In this respect, in a first-best world where respect for human rights is a matter of course for governments everywhere, it would not be necessary at all to impose regulations on companies to respect human rights along their value chains. It would be in their interest because all employees and customers would want to enforce it. But the world is not perfect. Most governments do not fully respect the human rights and civil liberties of their citizens.

This refusal and the accordingly poor track record in some developing countries and emerging economies has led governments in the West to impose regulations on their internationally active companies, or companies indirectly linked to foreign partners, on how they should enforce respect for human rights along their supply chains. In doing so, they are addressing mostly the wrong actors. It is too much to demand that companies are legally responsible for the misconduct of foreign governments. They lack the power to enforce these rights, unless they are backed by powerful Western governments that impose sanctions. But this is not the default situation in most countries.

This logic is true even if companies are so large that they might be able to prevent misconduct by developing countries’ governments; even small countries are sovereign and can discipline companies. If a government wants to maintain social or environmental standards, it can easily do so.

From the perspective of Western lawmakers, however, it is the easiest way to document their agreement with universal human rights, which might also convince their constituents. Due diligence legislation is also an instrument to maintain the West’s often ineffective and paternalistic development cooperation as well as those restrictive trade policies that disadvantage developing and emerging countries. Activism replaces smart politics here. Instead of opening markets to developing countries’ companies, which may be linked to stricter human rights adherence by developing countries’ governments and even raise the chances that citizens can demand human rights adherence in these countries, Western governments hide behind compliance rules for their companies.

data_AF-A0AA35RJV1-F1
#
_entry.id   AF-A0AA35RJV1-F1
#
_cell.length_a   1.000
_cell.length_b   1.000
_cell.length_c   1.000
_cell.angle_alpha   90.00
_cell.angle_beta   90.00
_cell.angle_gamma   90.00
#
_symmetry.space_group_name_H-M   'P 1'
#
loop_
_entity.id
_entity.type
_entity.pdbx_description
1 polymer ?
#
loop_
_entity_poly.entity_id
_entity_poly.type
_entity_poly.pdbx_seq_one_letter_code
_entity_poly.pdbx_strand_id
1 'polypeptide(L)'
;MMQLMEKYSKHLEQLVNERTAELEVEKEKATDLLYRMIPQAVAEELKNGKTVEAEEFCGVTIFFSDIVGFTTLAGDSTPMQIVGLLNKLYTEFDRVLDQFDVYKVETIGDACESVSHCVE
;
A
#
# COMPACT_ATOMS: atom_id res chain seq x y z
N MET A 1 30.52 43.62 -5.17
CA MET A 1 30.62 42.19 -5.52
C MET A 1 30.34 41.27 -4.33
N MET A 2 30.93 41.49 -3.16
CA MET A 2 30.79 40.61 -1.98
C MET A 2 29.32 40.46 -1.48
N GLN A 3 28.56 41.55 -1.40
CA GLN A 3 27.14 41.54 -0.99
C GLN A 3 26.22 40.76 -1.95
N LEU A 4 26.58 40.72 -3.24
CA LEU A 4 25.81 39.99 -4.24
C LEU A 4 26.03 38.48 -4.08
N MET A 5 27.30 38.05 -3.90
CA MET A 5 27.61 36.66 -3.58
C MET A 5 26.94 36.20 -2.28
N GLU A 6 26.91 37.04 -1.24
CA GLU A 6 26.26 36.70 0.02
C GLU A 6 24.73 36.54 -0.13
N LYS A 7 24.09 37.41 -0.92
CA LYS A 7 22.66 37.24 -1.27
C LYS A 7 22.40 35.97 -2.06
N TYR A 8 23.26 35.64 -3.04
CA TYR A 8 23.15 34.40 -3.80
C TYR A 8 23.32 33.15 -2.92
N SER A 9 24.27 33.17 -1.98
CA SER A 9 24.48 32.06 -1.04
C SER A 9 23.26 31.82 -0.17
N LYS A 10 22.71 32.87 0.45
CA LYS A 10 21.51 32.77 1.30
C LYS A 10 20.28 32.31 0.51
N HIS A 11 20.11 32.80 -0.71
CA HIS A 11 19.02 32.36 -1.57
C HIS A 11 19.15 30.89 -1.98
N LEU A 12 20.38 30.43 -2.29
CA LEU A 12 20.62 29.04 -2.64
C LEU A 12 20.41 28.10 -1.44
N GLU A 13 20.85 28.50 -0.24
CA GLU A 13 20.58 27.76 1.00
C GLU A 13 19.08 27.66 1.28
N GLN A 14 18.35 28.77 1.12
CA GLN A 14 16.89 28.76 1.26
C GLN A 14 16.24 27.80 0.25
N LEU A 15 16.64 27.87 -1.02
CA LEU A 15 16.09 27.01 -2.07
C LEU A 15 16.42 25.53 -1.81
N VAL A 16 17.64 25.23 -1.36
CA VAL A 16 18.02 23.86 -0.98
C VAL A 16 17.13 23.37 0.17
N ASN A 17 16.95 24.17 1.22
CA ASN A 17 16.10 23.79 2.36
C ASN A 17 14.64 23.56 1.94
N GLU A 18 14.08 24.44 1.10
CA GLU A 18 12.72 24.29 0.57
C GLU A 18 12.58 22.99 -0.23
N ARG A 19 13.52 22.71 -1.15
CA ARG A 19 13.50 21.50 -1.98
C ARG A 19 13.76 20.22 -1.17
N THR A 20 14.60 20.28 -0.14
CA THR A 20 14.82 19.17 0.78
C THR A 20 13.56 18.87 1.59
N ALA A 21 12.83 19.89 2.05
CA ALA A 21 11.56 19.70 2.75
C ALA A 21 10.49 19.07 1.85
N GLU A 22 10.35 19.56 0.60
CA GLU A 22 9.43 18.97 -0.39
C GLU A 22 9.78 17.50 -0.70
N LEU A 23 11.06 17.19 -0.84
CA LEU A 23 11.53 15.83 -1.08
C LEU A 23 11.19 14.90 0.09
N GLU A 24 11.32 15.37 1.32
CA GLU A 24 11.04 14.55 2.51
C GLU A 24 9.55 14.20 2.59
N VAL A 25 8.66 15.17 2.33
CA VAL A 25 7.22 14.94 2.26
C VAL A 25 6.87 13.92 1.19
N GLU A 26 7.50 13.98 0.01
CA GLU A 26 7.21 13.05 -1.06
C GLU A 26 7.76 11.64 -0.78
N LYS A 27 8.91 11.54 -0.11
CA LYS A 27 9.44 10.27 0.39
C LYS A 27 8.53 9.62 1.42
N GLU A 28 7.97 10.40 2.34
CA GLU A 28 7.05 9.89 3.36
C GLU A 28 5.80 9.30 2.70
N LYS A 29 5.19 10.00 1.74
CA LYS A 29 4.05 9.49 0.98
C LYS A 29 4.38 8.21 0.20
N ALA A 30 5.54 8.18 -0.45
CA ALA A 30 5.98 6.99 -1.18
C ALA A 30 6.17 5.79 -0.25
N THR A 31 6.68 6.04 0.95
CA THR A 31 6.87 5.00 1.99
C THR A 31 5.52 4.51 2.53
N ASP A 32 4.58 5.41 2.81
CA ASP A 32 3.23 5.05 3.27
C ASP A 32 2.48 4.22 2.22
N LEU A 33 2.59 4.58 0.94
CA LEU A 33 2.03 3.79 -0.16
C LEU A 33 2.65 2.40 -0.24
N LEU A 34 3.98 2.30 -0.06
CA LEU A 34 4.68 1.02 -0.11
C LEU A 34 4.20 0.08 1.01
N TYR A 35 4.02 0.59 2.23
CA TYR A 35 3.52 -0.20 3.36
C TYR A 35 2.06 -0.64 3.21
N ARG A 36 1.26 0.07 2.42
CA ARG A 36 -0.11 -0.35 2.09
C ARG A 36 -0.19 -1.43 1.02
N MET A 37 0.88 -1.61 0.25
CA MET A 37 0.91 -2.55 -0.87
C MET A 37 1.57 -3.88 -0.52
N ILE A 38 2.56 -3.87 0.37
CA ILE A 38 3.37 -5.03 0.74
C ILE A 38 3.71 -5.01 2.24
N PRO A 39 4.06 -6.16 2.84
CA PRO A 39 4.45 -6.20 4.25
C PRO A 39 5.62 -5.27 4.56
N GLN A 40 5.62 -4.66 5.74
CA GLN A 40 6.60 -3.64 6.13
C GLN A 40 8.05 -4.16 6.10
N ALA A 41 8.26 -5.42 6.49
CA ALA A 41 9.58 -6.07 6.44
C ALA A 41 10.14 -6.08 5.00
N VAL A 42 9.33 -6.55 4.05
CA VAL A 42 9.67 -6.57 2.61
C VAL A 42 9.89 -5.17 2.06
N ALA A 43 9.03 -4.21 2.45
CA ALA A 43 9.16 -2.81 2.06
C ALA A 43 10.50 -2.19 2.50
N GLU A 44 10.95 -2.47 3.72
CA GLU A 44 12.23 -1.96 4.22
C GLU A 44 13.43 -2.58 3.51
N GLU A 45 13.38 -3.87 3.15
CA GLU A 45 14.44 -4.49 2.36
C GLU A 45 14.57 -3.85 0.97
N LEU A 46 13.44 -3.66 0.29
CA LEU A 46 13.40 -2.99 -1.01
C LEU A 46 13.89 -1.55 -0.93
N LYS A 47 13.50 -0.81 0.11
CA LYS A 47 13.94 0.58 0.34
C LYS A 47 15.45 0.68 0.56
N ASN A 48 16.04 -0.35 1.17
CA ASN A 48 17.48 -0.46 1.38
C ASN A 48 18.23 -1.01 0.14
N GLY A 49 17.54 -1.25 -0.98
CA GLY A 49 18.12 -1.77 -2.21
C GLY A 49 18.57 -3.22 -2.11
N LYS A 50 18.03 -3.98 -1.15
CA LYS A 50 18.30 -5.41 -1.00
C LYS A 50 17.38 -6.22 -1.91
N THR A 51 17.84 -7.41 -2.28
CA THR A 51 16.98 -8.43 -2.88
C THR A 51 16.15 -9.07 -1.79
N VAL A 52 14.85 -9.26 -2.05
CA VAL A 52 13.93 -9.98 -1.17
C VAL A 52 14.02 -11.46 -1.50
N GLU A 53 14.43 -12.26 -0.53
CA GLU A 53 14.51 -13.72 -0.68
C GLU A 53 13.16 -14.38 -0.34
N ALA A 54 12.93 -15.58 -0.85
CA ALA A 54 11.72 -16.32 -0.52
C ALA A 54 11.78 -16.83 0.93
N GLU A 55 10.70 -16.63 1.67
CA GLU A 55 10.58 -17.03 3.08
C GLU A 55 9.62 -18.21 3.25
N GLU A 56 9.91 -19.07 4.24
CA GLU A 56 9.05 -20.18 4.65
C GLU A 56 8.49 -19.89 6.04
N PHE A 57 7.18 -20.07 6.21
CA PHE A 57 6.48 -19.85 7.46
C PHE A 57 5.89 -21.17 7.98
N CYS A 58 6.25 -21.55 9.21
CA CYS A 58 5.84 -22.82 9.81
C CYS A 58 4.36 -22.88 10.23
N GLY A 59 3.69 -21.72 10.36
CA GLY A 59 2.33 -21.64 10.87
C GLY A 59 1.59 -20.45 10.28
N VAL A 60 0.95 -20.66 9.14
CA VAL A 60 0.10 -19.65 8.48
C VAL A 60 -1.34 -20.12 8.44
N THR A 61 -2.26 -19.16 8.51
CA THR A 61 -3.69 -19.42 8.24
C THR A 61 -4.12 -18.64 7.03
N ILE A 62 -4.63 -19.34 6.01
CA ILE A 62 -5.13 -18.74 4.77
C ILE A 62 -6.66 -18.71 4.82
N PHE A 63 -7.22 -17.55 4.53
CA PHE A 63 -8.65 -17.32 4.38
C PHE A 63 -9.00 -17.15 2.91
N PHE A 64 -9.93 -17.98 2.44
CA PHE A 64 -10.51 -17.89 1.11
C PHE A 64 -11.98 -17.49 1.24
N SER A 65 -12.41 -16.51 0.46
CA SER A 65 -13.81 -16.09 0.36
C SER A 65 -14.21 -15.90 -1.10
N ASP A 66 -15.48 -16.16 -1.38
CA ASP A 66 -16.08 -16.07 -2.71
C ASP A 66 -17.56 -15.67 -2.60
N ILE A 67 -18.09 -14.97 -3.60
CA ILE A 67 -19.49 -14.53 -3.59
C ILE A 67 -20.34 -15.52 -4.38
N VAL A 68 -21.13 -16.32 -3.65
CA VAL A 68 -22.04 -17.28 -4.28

Against this background, the West's supply chain legislation appears very differently. It is possible to conclude that markets and their participants in the West intrinsically act more morally in principle than their governments. Governments implementing due diligence legislation shift responsibility - from “target” governments all over the world to their own private companies - and continue to serve powerful interest groups at home with some dubious trade policies that discriminate against the world's poorest.

Perhaps all those who really want human rights to be respected should get together again and think about more effective and fair instruments.

Andreas Freytag, Professor and Chair of Economic Policy, Friedrich Schiller University, Jena, and Visiting Professor with IIT

The views expressed here are the author(s) alone, and do not represent the views of the Institute for International Trade.

Photo Credit: Unsplash Tingey Injury Law Firm